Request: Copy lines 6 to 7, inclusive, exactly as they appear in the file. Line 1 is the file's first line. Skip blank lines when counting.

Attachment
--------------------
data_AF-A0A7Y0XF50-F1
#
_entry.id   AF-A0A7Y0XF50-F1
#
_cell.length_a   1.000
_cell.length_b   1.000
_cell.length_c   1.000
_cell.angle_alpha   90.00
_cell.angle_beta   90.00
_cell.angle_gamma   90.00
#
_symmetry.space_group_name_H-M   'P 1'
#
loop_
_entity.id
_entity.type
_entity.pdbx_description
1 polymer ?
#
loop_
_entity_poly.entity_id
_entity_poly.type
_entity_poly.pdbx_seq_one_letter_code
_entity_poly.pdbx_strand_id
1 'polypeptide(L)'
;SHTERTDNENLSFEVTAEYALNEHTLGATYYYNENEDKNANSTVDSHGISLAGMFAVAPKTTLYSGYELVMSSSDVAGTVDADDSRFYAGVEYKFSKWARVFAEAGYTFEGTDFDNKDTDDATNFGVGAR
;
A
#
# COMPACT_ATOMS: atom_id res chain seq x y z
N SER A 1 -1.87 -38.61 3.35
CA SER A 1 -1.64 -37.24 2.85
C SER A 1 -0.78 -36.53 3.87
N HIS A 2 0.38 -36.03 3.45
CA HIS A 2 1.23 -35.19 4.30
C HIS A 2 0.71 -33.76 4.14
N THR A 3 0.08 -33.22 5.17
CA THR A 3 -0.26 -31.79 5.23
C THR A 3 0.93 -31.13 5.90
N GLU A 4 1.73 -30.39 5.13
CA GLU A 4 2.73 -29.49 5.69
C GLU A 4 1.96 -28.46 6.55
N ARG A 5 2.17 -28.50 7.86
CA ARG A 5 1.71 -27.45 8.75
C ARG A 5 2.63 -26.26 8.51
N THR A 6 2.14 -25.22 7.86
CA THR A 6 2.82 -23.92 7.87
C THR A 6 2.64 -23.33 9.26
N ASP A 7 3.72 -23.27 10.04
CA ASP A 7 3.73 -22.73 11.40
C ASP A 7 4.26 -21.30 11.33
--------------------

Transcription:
_cell.length_b   1.000
_cell.length_c   1.000